On December 15, 1995, the Van Holts sued Liberty Mutual in the United States District Court for the District of New Jersey. In their complaint, the Van Holts alleged that Liberty Mutual committed two state-law torts and asserted that subject-matter jurisdiction was proper pursuant to 42 U.S.C. § 4053, a provision of the NFIA.2 They cited no other statutory provision. Specifically, the plaintiffs averred that Liberty Mutual's failure to pay their claims and the company's allegation that the claims were fraudulent violated the New Jersey Consumer Fraud Act, N.J.S.A. §§ 56:8-1 to 56:8-48, and New Jersey common law requiring parties to an insurance contract to act in good faith. See Pickett v. Lloyd's, 131 N.J. 457, 621 A.2d 445, 451-52 (1993); see also Sons of Thunder, Inc. v. Borden, Inc., 148 N.J. 396, 690 A.2d 575, 587 (1997) (discussing duty of good faith in other contractual contexts). Following discovery, the district court entered summary judgment for Liberty Mutual. The Van Holts filed a timely notice of appeal. We vacate the district court's December 2, 1996 judgment and remand this case with instructions to dismiss for lack of subject-matter jurisdiction.
It is undisputed that Liberty Mutual issued the flood insurance policy to the Van Holts pursuant to the NFIP. The NFIP is a federally supervised and guaranteed insurance program presently administered by the Federal Emergency Management Agency ("FEMA") pursuant to the NFIA and its corresponding regulations. See 44 C.F.R. §§ 59.1-77.2. Congress created the program to, among other things, limit the damage caused by flood disasters through prevention and protective measures, spread the risk of flood damage among many private insurers and the federal government, and make flood insurance "available on reasonable terms and conditions" to those in need of it. See 42 U.S.C. § 4001(a) (1)-(4).
Initially, under what is referred to as Part A of the NFIA, a pool of private insurance companies issued flood insurance policies and administered the NFIP pursuant to a contract with the United States Department of Housing and Urban Development. See 42 U.S.C. §§ 4051-53; see generally Spence v. Omaha Indem. Ins. Co., 996 F.2d 793, 794 n. 1 (5th Cir. 1993) (discussing the initial workings and organization of the program under the Act); Berger v. Pierce, 933 F.2d 393, 394-96 (6th Cir. 1991) (same). Under Part A, if a pool company refused to pay a claim under a flood insurance policy, the insured was permitted to sue the pool insurance company "on ... [the] claim" in federal district court regardless of the amount in controversy. See 42 U.S.C. § 4053.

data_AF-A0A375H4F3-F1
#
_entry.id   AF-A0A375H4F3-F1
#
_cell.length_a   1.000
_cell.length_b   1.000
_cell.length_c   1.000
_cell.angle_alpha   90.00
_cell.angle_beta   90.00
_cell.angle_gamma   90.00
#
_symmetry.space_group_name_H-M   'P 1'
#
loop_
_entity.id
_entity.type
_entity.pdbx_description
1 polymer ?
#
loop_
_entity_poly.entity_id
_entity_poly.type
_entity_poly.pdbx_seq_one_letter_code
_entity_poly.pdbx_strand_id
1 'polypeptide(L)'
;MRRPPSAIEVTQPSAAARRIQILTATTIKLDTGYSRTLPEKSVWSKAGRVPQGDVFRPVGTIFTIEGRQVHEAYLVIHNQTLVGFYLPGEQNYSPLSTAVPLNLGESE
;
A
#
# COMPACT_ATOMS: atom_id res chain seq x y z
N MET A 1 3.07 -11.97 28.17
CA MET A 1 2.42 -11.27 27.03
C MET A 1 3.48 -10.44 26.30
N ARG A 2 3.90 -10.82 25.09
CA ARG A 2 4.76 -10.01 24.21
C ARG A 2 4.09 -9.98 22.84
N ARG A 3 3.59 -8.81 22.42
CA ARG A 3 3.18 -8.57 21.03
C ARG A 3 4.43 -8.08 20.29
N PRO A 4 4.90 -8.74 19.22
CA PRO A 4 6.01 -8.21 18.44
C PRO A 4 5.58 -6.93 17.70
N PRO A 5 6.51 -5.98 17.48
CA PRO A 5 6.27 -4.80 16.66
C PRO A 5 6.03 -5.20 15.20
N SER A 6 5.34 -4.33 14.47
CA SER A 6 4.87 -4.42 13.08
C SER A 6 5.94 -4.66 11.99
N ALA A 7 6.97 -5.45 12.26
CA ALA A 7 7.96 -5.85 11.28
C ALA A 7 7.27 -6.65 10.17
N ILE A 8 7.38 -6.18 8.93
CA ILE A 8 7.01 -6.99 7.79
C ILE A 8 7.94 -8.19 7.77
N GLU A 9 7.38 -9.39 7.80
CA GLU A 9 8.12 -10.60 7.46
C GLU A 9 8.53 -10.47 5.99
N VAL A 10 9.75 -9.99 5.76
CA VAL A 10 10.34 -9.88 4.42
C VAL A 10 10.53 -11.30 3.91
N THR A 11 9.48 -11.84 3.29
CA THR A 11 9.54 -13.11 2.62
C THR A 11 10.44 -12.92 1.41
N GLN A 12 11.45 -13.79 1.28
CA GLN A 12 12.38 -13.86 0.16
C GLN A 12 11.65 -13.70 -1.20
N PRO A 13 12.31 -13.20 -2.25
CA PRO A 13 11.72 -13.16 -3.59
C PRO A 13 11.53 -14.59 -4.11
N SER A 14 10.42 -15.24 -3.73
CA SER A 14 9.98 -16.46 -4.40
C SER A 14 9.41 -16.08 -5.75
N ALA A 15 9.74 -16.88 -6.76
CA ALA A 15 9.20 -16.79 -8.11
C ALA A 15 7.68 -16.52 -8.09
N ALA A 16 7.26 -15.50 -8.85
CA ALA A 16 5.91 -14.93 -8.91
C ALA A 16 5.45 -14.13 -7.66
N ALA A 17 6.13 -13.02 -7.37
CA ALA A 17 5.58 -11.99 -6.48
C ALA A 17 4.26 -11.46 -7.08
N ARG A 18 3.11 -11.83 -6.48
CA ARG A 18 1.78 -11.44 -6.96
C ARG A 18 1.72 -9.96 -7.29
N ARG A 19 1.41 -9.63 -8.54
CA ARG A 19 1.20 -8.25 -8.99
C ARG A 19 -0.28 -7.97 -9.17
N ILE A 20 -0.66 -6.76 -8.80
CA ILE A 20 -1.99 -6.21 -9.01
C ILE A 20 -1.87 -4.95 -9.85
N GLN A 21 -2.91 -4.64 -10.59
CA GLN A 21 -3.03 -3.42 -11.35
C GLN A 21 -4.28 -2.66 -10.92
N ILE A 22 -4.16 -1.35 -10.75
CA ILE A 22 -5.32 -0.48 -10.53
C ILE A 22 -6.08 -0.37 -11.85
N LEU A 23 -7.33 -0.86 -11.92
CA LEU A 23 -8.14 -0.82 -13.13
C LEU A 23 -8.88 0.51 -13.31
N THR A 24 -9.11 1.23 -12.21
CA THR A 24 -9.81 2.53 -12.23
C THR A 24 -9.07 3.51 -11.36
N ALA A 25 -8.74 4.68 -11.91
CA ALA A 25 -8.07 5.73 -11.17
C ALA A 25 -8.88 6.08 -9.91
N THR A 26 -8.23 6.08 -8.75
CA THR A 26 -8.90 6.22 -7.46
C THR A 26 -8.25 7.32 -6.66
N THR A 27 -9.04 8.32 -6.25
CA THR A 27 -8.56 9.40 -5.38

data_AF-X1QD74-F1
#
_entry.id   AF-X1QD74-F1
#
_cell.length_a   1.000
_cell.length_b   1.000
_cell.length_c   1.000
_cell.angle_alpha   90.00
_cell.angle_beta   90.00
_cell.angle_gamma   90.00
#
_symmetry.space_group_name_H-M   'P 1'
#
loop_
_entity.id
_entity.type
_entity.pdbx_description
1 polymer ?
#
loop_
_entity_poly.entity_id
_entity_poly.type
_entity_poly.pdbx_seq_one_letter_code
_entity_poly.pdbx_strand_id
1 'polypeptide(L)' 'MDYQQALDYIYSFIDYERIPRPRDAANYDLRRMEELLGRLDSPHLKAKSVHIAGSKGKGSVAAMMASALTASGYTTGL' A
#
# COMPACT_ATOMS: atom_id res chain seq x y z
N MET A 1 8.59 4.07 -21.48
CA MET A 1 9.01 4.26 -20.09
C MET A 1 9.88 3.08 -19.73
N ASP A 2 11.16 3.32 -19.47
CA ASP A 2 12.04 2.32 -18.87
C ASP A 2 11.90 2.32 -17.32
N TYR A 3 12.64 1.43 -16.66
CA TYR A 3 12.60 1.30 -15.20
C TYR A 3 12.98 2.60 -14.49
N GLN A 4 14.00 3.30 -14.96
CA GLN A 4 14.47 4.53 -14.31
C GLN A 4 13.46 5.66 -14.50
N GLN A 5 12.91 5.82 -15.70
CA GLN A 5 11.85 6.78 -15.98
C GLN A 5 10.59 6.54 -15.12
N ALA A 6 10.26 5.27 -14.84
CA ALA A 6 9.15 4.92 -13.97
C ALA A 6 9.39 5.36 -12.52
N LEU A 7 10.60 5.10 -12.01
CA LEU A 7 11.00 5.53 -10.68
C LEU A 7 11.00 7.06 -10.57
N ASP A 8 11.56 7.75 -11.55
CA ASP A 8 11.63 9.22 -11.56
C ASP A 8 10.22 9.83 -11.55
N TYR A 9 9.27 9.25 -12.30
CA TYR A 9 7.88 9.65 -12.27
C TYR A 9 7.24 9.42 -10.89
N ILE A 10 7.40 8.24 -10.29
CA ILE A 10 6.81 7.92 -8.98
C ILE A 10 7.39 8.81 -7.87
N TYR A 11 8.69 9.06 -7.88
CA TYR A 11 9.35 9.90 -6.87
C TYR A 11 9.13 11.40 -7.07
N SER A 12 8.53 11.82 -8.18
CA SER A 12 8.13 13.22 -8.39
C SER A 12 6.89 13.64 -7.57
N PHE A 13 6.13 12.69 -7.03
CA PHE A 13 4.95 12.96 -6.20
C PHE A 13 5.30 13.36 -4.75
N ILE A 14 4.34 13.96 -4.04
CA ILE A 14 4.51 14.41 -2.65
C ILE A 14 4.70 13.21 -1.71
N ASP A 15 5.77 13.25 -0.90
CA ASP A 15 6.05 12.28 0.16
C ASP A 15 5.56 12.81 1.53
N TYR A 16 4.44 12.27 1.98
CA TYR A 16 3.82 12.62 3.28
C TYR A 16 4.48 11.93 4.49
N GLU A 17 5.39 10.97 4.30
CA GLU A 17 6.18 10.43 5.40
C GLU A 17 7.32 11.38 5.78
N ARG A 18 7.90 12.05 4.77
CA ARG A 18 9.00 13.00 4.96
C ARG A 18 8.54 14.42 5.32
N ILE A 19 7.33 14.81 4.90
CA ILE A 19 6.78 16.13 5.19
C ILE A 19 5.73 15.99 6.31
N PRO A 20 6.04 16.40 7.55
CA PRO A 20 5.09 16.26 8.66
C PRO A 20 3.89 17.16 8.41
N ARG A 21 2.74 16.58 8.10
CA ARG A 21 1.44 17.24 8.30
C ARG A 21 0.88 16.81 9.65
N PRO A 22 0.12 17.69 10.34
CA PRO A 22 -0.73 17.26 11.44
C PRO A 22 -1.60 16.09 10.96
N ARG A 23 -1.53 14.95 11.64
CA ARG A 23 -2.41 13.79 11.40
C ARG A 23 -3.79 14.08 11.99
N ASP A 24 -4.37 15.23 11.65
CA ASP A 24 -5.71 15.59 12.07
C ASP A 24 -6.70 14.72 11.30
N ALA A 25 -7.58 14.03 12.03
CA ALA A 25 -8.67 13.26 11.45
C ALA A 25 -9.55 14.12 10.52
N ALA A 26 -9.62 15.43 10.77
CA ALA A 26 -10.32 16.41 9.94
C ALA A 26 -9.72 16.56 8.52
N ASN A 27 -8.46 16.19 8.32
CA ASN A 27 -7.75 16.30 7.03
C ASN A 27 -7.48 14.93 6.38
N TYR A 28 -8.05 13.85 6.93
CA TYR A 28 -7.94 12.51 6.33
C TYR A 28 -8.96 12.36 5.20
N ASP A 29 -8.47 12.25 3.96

On January 1, 1978, pursuant to 42 U.S.C. § 4071, HUD ended its contractual relationship with the association and assumed greater responsibility for operating the NFIP, although still maintaining the assistance of the private insurance industry. See generally In re Estate of Lee, 812 F.2d 253, 256 (5th Cir. 1987) (discussing HUD takeover of NFIP); National Flood Insurers Ass'n v. Harris, 444 F. Supp. 969 (D.D.C. 1977) (same). This arrangement, which is presently in force, is called Part B. FEMA began administering the NFIP through the Flood Insurance Administration.
In 1983, pursuant to regulatory authority granted by Congress in 42 U.S.C. § 4081(a), FEMA created the "Write Your Own" program. See 44 C.F.R. 62.23-24. Under this program, private insurance companies like Liberty Mutual write their own insurance policies, issue them to those in need of flood insurance, hold premiums from those policies in accounts separate from their other business, and pay necessary claims and refunds out of the segregated accounts. See 44 C.F.R. § 62.23(a); 44 C.F.R. Pt. 62, App. A, Arts. II(E), (D); see also Spence, 996 F.2d at 794 n. 1. FEMA guarantees payment of claims through letters of credit issued on behalf of the private insurance companies which may be tapped in the event that the claims against policies exceed a company's net premium income. See 44 C.F.R. Pt. 62, App. A, Art. IV. FEMA also provides reinsurance. The private insurance companies must use the Standard Flood Insurance Policy ("SFIP"), which is contained in the regulations. See 44 C.F.R. Pt. 61, App. A(1). Under Part B, an insured may sue FEMA if it adjusts a claim and improperly refuses to pay benefits. See 42 U.S.C. § 4072.3